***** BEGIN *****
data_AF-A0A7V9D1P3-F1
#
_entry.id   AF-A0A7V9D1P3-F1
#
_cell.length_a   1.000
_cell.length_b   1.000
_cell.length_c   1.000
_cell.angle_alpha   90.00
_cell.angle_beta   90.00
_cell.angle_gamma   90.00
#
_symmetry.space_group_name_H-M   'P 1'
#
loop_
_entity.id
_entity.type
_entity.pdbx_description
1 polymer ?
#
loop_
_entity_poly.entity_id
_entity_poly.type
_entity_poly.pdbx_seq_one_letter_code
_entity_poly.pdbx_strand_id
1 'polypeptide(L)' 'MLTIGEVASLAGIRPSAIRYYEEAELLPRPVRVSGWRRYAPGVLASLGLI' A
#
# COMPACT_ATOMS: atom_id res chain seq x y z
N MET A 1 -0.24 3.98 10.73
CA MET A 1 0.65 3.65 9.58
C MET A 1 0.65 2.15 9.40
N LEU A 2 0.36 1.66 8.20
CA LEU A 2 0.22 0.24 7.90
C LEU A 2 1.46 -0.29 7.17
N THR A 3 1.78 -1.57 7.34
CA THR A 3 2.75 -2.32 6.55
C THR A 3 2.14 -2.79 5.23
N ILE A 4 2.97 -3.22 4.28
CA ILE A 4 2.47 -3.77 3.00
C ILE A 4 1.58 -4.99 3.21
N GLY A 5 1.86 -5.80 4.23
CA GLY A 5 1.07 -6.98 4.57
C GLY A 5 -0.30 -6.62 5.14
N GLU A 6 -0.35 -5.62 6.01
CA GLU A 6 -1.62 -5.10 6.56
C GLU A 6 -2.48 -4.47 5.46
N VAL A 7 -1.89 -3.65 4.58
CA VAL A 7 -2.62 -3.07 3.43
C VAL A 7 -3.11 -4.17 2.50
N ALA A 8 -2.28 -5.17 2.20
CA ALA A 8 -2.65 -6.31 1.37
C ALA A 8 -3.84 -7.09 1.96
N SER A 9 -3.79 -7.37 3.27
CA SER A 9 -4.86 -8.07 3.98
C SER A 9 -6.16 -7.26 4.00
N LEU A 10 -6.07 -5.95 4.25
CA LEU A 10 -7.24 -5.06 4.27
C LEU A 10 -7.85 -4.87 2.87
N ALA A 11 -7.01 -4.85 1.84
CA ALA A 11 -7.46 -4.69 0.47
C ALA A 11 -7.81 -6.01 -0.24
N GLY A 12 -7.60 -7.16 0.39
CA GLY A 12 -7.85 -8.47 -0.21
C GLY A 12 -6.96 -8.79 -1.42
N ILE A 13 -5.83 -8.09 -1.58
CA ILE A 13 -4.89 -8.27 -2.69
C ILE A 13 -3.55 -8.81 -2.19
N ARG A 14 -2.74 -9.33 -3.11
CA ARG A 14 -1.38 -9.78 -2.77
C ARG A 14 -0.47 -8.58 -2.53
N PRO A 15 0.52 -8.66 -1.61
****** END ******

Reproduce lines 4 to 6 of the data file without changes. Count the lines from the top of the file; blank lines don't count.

#
_cell.length_a   1.000
_cell.length_b   1.000